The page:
Broadway, off-Broadway and off-off-Broadway enough venues to keep lovers of live theatre happy forever! Almost everyone who visits New York has the desire to see a show or two while they're in town. There's nothing like it anywhere else in the world. Not even London offers the breadth, depth and as many alternatives as Broadway, New York City.
Most theatres are in Times Square, huddled around the thoroughfare the scene is named for, but not directly on it. They are dotted in the side streets that intersect Broadway, between the mid-40s between 6th and 8th Avenues, particularly 44th and 45th Streets and running as far north as 53rd.
The terms Broadway, off-Broadway and off-off-Broadway refer not to the location, but to the size of the theatre, pay scales and other details.
Big production long-running shows such as The Lion King, The Producers, the longest ever, Cats, and thousands before them, attract large audiences, but Broadway is not just about the general crowd-pleasers these days. Today's scene is thriving, with smaller alternative theatre extremely popular. With bankable stars, crowds line up for hot tickets and most shows have the inevitable money-making spin-off album.
A new wave of shows and their stars has given Broadway a shot in the arm. Actors who are usually seen on the large or small screen are heading to Broadway to get a taste of strutting their craft live. There are 29 there this year. Just a few who would be wonderful to put on your list are: Kathleen Turner in Who's Afraid of Virginia Woolf; Maureen McGovern n the musical version of Little Women; Natasha Richardson in A Streetcar Named Desire; Steel Magnolias with Delta Burke and Marsha Mason; On Golden Pond with James Earl Jones and Leslie Uggams; John Lithgow in Dirty Rotten Scoundrels; The Glass Menagerie with Jessica Lange and Christian Slater; David Hyde Pierce in Month Python's Spamalot and Alan Alda in the classic Glenncarry Glen Ross.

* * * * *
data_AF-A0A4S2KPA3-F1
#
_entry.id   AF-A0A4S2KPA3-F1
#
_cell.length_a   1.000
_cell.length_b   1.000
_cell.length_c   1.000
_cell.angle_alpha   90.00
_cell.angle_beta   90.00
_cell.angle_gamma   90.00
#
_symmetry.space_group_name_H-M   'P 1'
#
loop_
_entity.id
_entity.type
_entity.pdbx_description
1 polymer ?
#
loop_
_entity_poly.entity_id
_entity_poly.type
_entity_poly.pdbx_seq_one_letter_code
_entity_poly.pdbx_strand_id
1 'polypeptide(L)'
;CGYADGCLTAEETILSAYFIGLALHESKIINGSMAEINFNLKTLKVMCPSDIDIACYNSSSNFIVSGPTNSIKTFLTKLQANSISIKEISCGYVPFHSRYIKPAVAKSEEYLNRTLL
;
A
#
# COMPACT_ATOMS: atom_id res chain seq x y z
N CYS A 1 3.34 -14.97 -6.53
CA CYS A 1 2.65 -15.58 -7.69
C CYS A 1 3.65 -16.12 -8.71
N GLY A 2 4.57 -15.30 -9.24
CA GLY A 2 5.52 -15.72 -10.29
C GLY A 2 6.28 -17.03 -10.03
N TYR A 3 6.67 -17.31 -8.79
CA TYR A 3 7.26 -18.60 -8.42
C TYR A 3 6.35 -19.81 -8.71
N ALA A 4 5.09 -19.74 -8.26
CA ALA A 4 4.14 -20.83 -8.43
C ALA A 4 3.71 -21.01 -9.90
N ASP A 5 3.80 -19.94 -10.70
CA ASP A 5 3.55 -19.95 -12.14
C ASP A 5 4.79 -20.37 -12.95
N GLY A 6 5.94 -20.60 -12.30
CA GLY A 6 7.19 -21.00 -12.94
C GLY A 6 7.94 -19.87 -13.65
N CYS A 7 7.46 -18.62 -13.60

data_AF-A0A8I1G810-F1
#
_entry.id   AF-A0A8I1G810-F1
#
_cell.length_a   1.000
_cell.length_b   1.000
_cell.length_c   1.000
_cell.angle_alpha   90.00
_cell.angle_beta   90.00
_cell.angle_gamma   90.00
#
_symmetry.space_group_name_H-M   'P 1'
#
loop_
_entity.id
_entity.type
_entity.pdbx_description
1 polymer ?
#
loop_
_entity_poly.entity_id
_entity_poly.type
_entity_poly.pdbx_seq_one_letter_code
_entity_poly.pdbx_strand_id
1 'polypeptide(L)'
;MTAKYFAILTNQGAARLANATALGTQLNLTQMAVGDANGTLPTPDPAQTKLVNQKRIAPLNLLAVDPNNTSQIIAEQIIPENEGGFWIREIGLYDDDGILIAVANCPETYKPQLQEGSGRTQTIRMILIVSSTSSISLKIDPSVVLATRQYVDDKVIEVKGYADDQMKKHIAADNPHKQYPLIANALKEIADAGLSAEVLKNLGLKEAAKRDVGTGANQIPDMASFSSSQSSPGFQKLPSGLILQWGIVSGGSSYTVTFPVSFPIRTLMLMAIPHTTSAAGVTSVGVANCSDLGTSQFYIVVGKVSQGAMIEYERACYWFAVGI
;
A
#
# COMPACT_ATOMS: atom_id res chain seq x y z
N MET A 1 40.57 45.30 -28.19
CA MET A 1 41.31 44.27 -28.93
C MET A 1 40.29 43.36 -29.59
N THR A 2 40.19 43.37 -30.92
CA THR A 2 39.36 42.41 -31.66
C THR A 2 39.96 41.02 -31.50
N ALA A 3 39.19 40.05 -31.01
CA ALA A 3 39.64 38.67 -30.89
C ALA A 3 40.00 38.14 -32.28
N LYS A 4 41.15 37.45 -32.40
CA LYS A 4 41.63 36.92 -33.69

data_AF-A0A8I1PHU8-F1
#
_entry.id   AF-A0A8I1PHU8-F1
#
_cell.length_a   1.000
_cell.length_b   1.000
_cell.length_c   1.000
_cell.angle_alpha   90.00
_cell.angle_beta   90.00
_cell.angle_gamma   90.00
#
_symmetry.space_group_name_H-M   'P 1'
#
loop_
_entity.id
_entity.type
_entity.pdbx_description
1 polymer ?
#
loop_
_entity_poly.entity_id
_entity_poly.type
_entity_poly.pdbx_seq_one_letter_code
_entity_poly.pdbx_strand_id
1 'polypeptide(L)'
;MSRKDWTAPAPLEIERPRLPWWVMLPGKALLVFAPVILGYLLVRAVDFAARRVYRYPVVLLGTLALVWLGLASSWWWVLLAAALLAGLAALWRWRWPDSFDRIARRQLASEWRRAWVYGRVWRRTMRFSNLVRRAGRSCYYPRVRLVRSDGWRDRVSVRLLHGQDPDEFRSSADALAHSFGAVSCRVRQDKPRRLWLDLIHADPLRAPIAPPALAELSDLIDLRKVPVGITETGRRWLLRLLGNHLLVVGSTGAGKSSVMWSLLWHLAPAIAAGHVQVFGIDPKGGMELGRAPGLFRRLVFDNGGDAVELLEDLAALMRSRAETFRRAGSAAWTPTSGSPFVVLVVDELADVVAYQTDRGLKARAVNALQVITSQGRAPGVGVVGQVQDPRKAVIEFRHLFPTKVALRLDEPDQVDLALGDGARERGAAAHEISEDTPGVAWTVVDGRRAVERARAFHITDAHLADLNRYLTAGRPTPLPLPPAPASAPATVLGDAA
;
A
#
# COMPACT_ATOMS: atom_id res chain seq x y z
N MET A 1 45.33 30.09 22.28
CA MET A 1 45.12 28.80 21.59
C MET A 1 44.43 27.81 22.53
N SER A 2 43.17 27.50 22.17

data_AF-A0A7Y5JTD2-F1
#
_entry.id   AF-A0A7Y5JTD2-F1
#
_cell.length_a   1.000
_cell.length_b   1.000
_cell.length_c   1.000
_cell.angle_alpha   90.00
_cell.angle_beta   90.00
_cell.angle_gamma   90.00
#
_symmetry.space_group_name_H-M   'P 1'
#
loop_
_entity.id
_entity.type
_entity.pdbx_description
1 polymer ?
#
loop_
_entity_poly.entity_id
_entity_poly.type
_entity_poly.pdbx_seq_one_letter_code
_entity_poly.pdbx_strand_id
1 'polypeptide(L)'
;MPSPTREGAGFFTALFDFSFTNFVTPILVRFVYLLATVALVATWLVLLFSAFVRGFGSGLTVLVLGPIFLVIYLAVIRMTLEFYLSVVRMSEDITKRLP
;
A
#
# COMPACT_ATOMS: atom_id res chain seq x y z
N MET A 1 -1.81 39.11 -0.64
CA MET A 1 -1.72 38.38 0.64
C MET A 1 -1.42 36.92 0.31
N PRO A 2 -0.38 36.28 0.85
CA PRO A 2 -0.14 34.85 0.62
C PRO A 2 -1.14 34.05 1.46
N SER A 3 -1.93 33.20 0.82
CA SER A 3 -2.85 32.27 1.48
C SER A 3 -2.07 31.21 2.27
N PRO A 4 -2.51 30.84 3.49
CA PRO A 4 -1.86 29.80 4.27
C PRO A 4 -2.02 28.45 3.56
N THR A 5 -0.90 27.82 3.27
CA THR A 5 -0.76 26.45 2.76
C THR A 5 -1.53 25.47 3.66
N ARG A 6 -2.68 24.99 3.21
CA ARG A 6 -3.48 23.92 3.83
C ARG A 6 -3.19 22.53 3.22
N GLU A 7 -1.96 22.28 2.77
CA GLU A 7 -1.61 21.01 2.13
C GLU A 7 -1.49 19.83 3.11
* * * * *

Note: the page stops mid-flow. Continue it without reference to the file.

If you're on a budget and want to see more shows than you can really afford, TKTS at Duffy Square and the South Street Seaport sell day-of-show tickets offering discounts of 25 percent, 35 percent and 50 percent. Queues can be quite long. Musicals are most popular and supplies vary throughout the day but, if you can afford the time, it's worth the wait.
There's no Broadway Museum, but an excellent and inexpensive way of finding out about the area is to take a Walkin' Broadway tour. The brainchild of Elliott Forrest, it gives information about history, architecture, music and theatres. More than 40 voices and music from 60 soundtracks accompany you on the hour-long tour. The South Tour takes in 42nd to 46th Streets and the North Tour 46th to 52nd Streets.